The ExpeditersOnline.com Open Forum topped 15,000 members in late January, marking a significant point on its continuing journey.
The ExpeditersOnline.com Open Forum topped 15,000 members in late January, marking a significant point on its continuing journey. This online open forum has been an important resource for expediter wannabees, rookies, veterans, fleet owners, carriers, vendors and interested observers since 1999. In this milestone week, Expedite NOW spoke with forum founder Lawrence McCord about the forum’s past, present and future.
While a 15,000 member forum is microscopic by today’s Facebook and Twitter standards, it is huge in the expediting industry since current estimates place less than 15,000 expediter trucks on the road. Someone who is looking for information about expedited freight transport and the people who do it will almost certainly learn about the forum and may well become a member.
The forum is used by expediter wannabees, newbies and veterans alike. The wannabees ask questions about the expediting opportunity. Newbies post every day to ask entry level questions about their fleet owners, trucks, carriers, regulations, finding freight, life on the road and anything else that pertains to the expediting life and work. Veterans enjoy helping others by answering such questions and offering advice. Additionally, the forum includes sections in which members have lively political discussions, talk sports, share travel stories and chat about the latest high-tech gadgets.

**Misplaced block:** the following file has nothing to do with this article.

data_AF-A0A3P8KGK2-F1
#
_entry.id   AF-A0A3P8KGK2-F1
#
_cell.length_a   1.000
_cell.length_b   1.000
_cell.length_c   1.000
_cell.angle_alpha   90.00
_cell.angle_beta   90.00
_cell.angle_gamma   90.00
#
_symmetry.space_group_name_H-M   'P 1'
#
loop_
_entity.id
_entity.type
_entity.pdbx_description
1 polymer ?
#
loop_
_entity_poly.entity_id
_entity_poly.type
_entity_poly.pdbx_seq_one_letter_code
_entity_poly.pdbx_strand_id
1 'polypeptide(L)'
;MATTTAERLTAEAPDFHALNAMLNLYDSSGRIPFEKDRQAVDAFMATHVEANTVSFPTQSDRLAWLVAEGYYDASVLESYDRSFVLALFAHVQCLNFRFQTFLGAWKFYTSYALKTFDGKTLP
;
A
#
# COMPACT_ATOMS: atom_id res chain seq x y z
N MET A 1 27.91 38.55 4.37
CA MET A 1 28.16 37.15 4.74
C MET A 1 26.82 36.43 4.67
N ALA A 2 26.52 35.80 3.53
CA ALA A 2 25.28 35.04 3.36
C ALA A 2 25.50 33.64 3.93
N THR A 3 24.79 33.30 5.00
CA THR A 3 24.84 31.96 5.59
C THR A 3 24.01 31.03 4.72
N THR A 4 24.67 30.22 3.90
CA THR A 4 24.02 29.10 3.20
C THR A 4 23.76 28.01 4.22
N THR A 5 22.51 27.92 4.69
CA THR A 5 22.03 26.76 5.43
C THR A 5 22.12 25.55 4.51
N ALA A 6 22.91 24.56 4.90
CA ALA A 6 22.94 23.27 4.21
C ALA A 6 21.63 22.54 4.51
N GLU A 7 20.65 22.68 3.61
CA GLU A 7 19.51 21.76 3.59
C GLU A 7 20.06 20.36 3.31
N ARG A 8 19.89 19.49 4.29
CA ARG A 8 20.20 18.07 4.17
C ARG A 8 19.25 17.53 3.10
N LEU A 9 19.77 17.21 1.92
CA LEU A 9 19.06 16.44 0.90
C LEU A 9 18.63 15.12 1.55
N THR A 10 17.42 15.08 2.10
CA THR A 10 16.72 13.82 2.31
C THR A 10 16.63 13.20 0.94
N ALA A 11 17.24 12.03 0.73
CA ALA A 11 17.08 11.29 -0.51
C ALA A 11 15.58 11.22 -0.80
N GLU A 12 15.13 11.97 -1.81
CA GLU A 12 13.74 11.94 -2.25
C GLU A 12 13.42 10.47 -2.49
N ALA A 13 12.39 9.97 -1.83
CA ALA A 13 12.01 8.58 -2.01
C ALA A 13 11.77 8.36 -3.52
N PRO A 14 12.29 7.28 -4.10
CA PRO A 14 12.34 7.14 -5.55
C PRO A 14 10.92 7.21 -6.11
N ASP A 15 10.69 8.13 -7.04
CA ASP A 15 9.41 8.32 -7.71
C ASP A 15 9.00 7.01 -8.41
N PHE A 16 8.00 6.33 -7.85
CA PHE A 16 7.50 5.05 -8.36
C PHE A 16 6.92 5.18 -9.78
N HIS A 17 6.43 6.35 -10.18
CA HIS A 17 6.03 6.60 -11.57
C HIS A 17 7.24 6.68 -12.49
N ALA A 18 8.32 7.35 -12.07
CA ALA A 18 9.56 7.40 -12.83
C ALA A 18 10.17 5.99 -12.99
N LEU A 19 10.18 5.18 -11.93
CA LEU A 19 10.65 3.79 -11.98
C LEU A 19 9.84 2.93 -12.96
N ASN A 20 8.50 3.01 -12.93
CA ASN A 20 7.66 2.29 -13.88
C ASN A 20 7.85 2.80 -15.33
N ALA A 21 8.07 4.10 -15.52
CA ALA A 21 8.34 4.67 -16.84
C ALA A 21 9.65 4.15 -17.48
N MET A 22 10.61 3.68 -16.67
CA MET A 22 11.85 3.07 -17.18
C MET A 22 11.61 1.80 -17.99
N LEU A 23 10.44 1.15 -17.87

Not every member is an expediter and many are not currently active in the forum. Nevertheless, over 15,000 people have seen fit to enroll and participate at some level over the years. Countless more lurk on the site, reading what’s there but remaining quiet. McCord pointed out that significant efforts are made each business day to keep spammers, posers and the like off the forum. IP addresses are manually verified by a human being when new members join.
McCord started the forum in the spring of 1999. He was an expediter at the time, running three cargo vans with Roberts Express, the company that pioneered modern-day expediting. He was intrigued by what was then the new world wide web. He was also frustrated by his inability to easily communicate with his drivers and other expediters all at once.
In those days, most expediters were using pay phones and pagers to stay in touch with their carriers. Pager service was unpredictable. Cell phone service was spotty at best. Internet message boards were used by some interest groups but not by expediters. Getting online meant getting to a computer or carrying one into a truck stop where the modem could be plugged into a telephone jack.
Putting his world wide web interest and communications frustration together, McCord envisioned an online marketplace of ideas and information about all things expedite. He wanted to create an online community where expediters could easily exchange information and learn things like where they could go to find a trusted cargo van dealer who understood expediting. Working on his monochrome monitor in his cargo van while on the road, McCord turned his vision into reality.
Some of the very first members of the forum continue to log in today. McCord said, “We were doing social networking before social networking was cool.” Having grown well beyond a virtual activity, this networking now takes place online and off.